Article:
Introverts also tend to be careful decision makers. Having a clear idea of what you want to accomplish before taking action can come in handy with building wealth over time. Being rich isn’t just about how much money you make after all, it’s got a lot to do with how much money you keep.
Did you know that extroverts more commonly have shopping addictions than introverts? Perhaps the allure to spend a lot of time with others in social settings can turn some extroverts into overspenders looking to constantly impress the Joneses. Extroverts are great go-getters, however, so they are good at networking, marketing and business development – hence they can be fantastic entrepreneurs. Extroverts are also more likely to take risks, which can pay off nicely if they’re good at investing.
Whether you’re an introvert, ambivert or extrovert, think about your strongest personality traits and how they affect your decisions. Look for ways to improve your career, earn the compensation you deserve, and make smarter choices with your money. Whatever personality traits you have, it’s never too early to start growing your wealth and building a lifestyle of your dreams.
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Untemplaters, do you consider yourself an introvert, extrovert, or ambivert? What personality traits have helped or hurt your career and money habits?
Having worked in corporate America, it’s really extroverts that get ahead I have found, introverts can get ahead but they have to learn to be extroverts in situations that demand for them to be outgoing.
A lot of times introverts at work when they don’t act outgoing enough, other people at work feel like the introverts doesn’t like them.
I used to be a HUGE introvert at work and once I got comfortable with my co-workers I was really outgoing. Co-workers started saying, “Oh you’re so nice. I didn’t think you liked me because you were so quiet.”
People tend to be really suspicious of introverts. In a lot of peoples minds introverts seem less friendly, less trustworthy, less confident, less capable of doing their job,, etc. It’s kind of sad how introverts are demonized.
Even though Susan Cain’s book, “Quiet” helped a lot, it still hasn’t changed the work culture that favors extroverts. 90% of our society even outside of work, favors extroverts, as well.
I ended up getting a job in telemarketing where I had to be very extroverted to succeed, I worked there for 2 years and it’s that job that taught me to be an extrovert in corporate America.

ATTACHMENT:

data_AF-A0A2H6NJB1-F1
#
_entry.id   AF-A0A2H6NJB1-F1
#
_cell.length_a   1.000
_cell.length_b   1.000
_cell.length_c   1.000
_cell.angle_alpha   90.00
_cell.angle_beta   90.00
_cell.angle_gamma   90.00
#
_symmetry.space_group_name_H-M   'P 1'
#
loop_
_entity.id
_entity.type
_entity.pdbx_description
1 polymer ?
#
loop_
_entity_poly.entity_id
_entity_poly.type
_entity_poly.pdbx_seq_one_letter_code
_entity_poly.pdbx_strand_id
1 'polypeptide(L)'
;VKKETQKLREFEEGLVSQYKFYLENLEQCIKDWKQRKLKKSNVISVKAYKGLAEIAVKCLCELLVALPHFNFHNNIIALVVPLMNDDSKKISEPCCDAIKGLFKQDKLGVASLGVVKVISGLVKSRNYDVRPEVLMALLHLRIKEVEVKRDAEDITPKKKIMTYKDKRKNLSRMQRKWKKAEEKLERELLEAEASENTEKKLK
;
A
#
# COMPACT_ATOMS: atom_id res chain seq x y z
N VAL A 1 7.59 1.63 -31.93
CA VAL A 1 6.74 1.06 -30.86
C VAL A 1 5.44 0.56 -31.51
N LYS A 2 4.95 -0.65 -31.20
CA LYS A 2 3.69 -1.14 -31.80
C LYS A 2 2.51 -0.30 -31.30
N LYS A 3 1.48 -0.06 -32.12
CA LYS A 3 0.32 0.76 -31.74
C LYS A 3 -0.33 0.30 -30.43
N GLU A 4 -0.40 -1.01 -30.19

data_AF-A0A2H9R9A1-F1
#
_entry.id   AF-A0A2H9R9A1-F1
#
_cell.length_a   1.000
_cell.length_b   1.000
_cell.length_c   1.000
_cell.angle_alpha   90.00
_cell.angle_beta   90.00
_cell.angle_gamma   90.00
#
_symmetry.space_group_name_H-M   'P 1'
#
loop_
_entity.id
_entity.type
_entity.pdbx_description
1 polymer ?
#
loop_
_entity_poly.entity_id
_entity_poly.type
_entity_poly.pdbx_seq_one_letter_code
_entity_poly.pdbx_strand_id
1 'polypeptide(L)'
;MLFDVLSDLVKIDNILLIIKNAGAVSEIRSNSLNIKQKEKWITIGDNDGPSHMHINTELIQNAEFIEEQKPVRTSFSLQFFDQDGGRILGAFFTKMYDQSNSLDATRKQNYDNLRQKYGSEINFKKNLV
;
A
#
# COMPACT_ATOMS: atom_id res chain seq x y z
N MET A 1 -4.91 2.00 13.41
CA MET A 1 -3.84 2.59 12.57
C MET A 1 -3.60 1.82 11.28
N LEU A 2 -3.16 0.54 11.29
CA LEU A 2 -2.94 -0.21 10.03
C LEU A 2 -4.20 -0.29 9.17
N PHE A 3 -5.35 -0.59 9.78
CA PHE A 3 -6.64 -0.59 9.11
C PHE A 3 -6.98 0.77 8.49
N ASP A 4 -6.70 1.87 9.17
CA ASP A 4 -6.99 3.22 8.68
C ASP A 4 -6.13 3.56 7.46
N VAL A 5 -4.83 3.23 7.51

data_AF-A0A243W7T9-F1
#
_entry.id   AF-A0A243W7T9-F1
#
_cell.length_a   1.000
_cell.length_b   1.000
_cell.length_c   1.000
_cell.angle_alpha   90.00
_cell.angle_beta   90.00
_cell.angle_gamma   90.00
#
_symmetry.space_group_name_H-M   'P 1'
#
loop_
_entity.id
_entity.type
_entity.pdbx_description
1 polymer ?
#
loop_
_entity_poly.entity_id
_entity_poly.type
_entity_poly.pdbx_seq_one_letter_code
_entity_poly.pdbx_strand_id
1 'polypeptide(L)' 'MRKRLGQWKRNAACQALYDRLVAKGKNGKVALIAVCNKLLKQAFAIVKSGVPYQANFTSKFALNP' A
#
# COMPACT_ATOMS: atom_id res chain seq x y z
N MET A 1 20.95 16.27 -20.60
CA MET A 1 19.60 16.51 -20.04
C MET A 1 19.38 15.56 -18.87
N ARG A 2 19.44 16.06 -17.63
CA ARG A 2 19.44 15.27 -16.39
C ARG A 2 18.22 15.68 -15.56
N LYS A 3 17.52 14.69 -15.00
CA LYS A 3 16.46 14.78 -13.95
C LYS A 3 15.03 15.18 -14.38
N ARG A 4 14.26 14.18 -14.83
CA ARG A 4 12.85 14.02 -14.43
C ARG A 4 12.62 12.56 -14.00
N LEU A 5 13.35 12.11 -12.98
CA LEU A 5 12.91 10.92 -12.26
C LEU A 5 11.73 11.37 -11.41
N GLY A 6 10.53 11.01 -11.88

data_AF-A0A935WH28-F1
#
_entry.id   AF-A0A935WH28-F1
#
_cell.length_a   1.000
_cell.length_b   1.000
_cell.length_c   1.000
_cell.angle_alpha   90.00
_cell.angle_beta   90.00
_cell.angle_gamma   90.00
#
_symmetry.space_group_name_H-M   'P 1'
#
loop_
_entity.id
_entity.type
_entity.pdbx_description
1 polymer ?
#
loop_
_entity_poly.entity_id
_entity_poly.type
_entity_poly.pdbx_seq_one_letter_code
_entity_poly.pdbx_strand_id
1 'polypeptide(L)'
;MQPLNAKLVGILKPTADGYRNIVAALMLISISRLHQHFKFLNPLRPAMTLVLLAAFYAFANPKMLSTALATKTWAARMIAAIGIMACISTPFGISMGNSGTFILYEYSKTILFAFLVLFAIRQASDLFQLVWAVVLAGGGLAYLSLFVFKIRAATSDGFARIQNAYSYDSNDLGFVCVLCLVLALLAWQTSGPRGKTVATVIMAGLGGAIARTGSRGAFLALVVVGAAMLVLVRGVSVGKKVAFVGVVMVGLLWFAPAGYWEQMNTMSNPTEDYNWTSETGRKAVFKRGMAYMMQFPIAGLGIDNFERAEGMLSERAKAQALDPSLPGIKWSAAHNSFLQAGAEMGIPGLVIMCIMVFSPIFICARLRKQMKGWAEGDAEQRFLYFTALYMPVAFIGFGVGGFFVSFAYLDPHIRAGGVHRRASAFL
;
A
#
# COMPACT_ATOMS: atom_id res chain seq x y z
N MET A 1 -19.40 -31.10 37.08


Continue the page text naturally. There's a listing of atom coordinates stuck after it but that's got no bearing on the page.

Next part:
In all reality, I consider myself am ambivert. I realize that I need to be an extrovert to succeed, but I also like having time to think, reflect, and recharge my batteries on my own.
I totally agree with this!!! “People tend to be really suspicious of introverts. In a lot of peoples minds introverts seem less friendly, less trustworthy, less confident, less capable of doing their job, etc”
Dr.J @ MedSchool Financial says
I think it can, to the extent that it is not in sync with your primary engine for wealth generation. Like writers(jk rowling) or computer science type(gates), alone time to work through the details is part of their primary engine, or at least it was when they first started out. Bill on the other hand, makes a mint on speaking fees now so being engaging is directly in line with his financial outcome. However, when all is said and done there are examples of all types in all professions. I think I remember reading an article on Jonny Carson being nauseous before he had to go onto the air but he pushed through it and made it work.
I had never previously considered the impact of personality on pay and the corporate ladder. I think I always assumed it was obvious on both fronts, but this data challenges my perceptions.
Like Jack, I tend to be introverted but am what I would describe as a “learned extrovert.” I can “turn it on,” so to speak, when it is necessary.
In my experience in management, an extroverted personality is less important than possessing a personality which fits well with one’s direct supervisors. In my current position, I am friendly and well-liked by everyone but my direct supervisor. He has the personality of a dead fish, and it has really soured my experience in my position, so much so that I am leaving. On second thought, perhaps personality, but specifically that of your boss, IS everything!
Financial Slacker says
Based on the chart, as you move up the corporate ladder, you see more and more extroverts. Do you think that’s because extroverts tend to be more successful moving up the ladder or because as people move up, they gain confidence and begin to exhibit extrovert qualities?
In other words, does one’s extrovert vs introvert qualities change over time with age, success, and/or type of job?
Personally, I tend towards introversion. I speak when it’s appropriate but not feel a need to talk just to talk.
Professionally, my career depends on my communication and collaboration skills, so my work personality is different from my private personality.
I think you’ll find extroverts climb the corporate ladder more easily, but you will also find introverts climbing the ladder because they build the skills required to achieve the success they want.
People repeat what works. So you will see some extroverts becoming less so, and vice versa, depending on age / experience / circumstances. But in my experience, personality change is a slow slow process, and only happens because the person works at it.